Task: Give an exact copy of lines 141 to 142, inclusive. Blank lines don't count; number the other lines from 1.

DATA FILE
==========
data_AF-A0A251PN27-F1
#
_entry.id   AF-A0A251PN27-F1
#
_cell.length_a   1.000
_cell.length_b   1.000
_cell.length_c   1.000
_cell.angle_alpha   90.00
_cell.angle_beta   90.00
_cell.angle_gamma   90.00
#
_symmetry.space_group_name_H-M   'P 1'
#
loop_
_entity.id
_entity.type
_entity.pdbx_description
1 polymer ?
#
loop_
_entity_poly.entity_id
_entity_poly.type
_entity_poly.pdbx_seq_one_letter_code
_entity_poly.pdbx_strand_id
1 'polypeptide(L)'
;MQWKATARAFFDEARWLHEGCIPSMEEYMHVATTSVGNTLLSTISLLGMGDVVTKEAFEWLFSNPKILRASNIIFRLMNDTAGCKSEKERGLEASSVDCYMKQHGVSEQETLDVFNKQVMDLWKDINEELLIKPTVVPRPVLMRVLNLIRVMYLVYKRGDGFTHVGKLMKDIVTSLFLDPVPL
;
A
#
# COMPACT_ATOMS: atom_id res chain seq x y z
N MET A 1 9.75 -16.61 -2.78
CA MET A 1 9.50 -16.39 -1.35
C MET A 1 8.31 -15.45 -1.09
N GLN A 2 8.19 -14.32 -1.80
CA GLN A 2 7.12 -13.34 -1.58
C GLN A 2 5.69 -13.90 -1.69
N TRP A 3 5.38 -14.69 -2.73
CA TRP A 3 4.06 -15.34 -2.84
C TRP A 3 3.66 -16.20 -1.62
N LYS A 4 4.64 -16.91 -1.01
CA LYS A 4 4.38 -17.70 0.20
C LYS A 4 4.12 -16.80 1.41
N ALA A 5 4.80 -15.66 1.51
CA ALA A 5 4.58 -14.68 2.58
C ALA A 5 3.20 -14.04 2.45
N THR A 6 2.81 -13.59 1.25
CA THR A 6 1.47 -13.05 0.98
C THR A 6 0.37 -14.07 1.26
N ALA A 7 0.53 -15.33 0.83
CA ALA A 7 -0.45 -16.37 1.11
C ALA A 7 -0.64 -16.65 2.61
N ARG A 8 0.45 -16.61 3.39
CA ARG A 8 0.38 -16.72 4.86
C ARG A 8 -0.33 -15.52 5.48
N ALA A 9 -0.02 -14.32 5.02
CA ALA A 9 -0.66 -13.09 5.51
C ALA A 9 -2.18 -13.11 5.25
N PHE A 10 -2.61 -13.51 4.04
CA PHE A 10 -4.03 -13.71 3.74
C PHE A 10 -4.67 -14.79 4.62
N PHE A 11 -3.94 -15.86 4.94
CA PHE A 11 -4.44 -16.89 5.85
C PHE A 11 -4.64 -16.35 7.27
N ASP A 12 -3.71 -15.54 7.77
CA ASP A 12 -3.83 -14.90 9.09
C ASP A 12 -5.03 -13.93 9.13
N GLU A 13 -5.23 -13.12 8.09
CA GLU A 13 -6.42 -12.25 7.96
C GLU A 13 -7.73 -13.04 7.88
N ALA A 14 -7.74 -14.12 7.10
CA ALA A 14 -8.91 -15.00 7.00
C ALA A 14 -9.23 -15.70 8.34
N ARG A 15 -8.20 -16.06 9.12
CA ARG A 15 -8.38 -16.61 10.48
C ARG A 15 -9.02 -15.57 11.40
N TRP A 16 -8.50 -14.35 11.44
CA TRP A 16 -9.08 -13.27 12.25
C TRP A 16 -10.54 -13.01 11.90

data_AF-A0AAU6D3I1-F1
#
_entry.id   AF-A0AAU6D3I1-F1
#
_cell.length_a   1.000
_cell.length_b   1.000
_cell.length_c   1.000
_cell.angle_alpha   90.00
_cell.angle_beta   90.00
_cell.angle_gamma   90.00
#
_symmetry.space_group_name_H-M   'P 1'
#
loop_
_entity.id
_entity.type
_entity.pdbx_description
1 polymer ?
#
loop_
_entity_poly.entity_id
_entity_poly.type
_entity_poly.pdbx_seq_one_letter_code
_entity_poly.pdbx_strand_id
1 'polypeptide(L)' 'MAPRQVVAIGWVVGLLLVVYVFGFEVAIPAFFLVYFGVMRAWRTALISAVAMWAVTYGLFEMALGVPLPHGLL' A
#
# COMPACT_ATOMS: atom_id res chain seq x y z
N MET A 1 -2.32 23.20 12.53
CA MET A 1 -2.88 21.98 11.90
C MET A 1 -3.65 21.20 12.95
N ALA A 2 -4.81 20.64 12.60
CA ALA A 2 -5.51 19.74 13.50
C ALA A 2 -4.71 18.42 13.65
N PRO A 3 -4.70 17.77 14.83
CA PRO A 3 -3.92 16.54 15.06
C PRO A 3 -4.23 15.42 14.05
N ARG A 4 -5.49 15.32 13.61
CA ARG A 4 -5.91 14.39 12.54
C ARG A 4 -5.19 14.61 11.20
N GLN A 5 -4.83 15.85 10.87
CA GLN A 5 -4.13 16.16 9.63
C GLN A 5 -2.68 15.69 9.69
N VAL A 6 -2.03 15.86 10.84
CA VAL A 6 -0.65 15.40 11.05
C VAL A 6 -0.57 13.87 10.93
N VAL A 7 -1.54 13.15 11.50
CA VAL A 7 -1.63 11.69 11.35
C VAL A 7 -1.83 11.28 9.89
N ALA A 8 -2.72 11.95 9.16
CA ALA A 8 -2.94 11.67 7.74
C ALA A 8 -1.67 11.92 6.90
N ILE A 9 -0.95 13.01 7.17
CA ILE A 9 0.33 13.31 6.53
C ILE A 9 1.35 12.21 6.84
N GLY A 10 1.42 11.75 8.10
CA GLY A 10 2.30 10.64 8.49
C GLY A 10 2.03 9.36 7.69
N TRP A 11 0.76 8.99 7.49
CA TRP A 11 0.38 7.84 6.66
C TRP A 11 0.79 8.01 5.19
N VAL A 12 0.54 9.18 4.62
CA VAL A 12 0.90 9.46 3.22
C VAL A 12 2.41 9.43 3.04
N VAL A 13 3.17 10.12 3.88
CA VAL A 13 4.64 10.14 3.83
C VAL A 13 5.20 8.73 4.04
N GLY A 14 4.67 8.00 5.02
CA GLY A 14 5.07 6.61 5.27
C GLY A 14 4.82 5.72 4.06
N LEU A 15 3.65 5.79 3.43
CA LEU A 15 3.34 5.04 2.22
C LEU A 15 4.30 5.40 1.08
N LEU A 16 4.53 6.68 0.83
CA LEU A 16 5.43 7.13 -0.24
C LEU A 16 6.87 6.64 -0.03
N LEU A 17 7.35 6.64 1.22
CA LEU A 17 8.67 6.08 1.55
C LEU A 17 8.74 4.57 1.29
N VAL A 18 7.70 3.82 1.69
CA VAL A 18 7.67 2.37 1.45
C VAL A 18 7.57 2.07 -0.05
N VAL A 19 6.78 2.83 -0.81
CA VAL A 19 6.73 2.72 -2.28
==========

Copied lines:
C VAL A 12 2.41 9.43 3.04
N VAL A 13 3.17 10.12 3.88